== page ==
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Despite its lengthening ragweed season, Minnesota escapes ‘wheeziest and sneeziest’ list

Minnesota escapes 'wheeziest and sneeziest' list
None of Minnesota’s cities appears among the report’s top 35 “sneeziest and wheeziest.”

One-third of Americans — 109 million people — live in areas where they are exposed to both ozone smog pollution and ragweed pollen, according to a report released Wednesday by the Natural Resources Defense Council (NRDC), an environmental group headquartered in New York City. 

“This is bad news for allergy suffers and asthmatics because both ragweed pollen and high levels of ozone smog can trigger asthma attacks and worsen allergic symptoms in adults and children,” the report says. “Moreover, studies show that people exposed to both ragweed allergens and ozone are likely to become more ill than people exposed to just one of the two.”

Climate change is behind much of the recent increase in both ozone smog and ragweed pollen, the report adds. Warmer summertime temperatures can increase ozone levels, and warming temperatures also bring shorter winters, which means longer ragweed seasons.

Indeed, between 1995 and 2013, the ragweed pollen season in the Twin Cities metropolitan area lengthened by 21 days, according to the Environmental Protection Agency (EPA). 

Minnesota not among ‘top 35’

Minnesota comes out relatively well in the NRDC report, however. Although much of the state is identified as ragweed territory, none of Minnesota’s cities appears among the report’s top 35 “sneeziest and wheeziest.” That list is reserved for cities that have the “double-whammy health risk” of high levels of ragweed and ozone pollution that exceeds the EPA’s health standard at least once a year.

The top five cities on the NRDC’s list are Richmond, Memphis, Oklahoma City, Philadelphia and Chattanooga. The cities on the list nearest to Minnesota are Chicago (listed 6th) and Milwaukee (14th). 

The NRDC says it focused its report on cities because “in many industrialized countries like the United States, there is evidence that respiratory allergic disease are increasing in prevalence and severity, and some studies suggest that people in cities are more likely to experience allergy symptoms those living in rural areas.” 

Likely to get worse

The report warns that as climate change continues to warm the Earth (and 2014 was the warmest year on record), millions more Americans are likely to develop allergies, asthma and other potentially severe respiratory ailments. 

Allergies and asthma already afflict large numbers of Americans. About 17.6 million adults and 6.6 million children living in the United States were diagnosed with seasonal allergic rhinitis (hay fever) during the past 12 months, according to the Centers for Disease Control and Prevention. In addition, some 18.7 million adults and 6.8 million children currently have asthma.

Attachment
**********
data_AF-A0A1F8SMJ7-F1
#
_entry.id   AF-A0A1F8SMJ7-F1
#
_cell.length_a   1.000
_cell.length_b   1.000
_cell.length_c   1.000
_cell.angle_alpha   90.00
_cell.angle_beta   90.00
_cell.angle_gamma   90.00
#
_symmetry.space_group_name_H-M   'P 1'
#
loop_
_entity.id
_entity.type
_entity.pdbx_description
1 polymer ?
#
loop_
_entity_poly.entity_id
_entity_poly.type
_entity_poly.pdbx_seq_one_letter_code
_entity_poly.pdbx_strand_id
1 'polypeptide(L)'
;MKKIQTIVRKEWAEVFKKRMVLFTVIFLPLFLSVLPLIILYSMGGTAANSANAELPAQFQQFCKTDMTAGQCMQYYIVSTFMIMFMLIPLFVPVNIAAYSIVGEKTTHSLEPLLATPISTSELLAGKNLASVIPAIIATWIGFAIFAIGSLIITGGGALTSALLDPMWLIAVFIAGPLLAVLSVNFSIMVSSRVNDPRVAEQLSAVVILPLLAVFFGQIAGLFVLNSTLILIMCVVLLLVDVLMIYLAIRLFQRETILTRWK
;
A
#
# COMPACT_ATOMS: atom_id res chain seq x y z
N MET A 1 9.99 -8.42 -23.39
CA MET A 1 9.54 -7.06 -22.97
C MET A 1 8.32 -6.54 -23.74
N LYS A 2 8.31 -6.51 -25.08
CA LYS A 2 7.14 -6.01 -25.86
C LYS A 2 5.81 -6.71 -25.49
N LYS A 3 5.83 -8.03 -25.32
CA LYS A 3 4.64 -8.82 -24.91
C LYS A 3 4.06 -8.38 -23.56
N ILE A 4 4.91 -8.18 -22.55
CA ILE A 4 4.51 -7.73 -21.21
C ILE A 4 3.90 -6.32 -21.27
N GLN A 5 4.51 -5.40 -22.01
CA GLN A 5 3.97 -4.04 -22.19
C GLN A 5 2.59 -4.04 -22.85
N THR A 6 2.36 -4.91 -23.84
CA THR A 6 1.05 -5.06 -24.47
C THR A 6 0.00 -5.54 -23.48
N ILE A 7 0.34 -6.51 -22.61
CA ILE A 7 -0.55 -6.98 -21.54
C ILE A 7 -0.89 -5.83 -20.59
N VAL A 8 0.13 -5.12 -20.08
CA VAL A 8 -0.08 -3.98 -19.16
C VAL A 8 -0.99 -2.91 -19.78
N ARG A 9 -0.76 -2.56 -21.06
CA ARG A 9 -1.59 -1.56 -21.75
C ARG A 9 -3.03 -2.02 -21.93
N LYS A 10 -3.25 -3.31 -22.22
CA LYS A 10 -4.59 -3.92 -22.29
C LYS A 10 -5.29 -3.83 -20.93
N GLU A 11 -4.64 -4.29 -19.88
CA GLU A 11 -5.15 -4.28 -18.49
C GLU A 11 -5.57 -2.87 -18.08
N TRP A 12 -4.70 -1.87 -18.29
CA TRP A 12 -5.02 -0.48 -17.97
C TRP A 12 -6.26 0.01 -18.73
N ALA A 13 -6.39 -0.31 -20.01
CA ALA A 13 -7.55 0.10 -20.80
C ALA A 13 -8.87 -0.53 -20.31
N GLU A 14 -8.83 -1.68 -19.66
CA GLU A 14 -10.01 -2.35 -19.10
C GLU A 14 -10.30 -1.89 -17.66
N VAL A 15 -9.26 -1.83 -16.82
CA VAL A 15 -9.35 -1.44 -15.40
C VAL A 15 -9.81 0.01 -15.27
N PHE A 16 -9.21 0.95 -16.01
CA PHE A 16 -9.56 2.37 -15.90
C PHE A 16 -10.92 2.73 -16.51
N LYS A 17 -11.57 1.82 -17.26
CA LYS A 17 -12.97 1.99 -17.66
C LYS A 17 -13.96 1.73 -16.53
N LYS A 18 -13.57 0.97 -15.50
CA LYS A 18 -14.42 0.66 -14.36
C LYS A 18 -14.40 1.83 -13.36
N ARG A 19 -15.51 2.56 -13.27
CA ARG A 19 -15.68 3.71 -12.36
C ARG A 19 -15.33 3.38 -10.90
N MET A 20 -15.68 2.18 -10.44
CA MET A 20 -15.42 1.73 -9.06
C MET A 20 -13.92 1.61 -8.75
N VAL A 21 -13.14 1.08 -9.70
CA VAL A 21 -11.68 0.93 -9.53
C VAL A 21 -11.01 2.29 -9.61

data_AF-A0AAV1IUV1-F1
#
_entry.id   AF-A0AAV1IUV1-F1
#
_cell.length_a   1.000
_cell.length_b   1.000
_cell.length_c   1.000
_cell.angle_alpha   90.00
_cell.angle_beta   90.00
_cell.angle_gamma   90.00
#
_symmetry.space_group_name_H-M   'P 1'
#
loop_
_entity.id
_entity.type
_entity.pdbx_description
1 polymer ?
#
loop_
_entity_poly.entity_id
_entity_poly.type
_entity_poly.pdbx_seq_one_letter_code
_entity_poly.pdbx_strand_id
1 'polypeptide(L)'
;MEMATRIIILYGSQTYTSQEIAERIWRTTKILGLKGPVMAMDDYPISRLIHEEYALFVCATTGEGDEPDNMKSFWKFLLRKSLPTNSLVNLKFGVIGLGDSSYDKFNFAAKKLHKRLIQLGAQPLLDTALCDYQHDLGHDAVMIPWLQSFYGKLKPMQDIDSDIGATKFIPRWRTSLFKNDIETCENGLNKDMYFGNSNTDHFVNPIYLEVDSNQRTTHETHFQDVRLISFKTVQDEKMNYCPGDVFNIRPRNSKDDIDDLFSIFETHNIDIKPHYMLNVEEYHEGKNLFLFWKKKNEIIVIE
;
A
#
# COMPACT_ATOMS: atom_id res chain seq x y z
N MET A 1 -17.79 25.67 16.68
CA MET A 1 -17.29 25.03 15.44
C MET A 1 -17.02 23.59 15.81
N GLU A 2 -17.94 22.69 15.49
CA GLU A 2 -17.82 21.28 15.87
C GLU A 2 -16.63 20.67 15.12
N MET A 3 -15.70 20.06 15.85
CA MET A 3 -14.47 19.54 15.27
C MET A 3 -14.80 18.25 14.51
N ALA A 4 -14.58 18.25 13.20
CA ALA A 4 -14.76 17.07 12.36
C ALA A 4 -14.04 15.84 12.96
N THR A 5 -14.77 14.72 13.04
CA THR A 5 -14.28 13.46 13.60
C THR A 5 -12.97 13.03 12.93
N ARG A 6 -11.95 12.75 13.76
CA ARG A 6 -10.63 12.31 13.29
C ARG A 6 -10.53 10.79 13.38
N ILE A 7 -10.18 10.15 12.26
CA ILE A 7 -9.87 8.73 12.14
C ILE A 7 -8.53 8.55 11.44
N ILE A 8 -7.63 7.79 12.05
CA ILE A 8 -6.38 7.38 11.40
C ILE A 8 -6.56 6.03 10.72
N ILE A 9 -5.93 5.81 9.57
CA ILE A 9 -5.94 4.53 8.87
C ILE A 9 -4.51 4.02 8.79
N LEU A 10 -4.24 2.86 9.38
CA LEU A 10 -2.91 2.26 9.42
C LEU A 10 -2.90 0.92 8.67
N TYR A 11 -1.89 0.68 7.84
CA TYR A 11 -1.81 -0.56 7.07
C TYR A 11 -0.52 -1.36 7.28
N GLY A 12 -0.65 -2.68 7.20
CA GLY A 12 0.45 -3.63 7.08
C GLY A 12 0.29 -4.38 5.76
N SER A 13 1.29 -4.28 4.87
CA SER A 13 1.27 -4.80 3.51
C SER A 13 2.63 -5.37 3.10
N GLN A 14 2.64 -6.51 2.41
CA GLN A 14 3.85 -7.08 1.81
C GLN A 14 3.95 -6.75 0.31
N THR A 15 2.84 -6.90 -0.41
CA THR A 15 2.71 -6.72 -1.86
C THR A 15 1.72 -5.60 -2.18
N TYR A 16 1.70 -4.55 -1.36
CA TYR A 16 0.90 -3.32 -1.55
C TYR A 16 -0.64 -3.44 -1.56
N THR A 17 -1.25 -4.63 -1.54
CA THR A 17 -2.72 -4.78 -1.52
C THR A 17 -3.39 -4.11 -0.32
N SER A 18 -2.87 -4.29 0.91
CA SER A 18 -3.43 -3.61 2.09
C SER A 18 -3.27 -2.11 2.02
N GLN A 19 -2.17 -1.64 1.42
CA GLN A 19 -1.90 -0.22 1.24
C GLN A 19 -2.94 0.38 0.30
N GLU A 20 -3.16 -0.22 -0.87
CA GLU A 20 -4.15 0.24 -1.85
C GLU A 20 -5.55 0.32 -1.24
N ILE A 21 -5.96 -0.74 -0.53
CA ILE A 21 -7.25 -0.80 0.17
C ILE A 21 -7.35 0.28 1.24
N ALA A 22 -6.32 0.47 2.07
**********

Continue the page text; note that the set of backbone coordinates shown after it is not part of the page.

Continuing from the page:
The prevalence of asthma among the U.S. population has been rising for more than a decade — a statistic that is particularly troubling. Asthma is a chronic and potentially life-threatening disease that causes air passages to become inflamed and constricted, making breathing difficult. About nine Americans die from asthma each day. In addition to this human toll, asthma costs the U.S. economy about $56 billion a year.

U.S. Environmental Protection Agency
Intersection of ragweed-positive and eight-hour ozone exceedance-positive areas in the continental United States.

What you can do

The NRDC urges government officials to take steps to reduce the effects of climate change by strengthening carbon pollution standards and the health standard for ozone pollution. They also call for better pollen data collection and more ozone monitors.

The organization also offers advice to individuals who want to protect themselves and their families from pollen and ozone. That advice includes the following:

  • Keep track of pollen counts in your area by following newspaper, radio, or television reports or checking online at www.aaaai.org/nab.
  • On especially high pollen or ozone days during allergy season, put car and home air conditions on recirculate, and keep doors and windows closed.
  • After working or playing outdoors, take a shower and wash your hair (or towel off with a damp cloth) to remove pollen, and change your clothes.
  • Wash bedding frequently to remove pollen that settles on pillows and sheets, and vacuum regularly, preferably with a vacuum cleaner that contains a high-efficiency particulate (HEPA) filter.
  • Try to save your most strenuous outdoor activities for days with relatively low ozone smog levels, or do them in the morning, when both ozone levels and pollen counts are lower. Check online resources like www.airnow.gov for forecasts of local ozone conditions.
  • If you have allergies or asthma, see a medical professional. Take appropriate medication and precautions; consider wearing a filter mask before doing outdoor chores.

You can read the NRDC report, “Sneezing and Wheezing: How Climate Change Could Increase Ragweed Alergies, Air Pollution and Asthma,” in full at the organization’s website.

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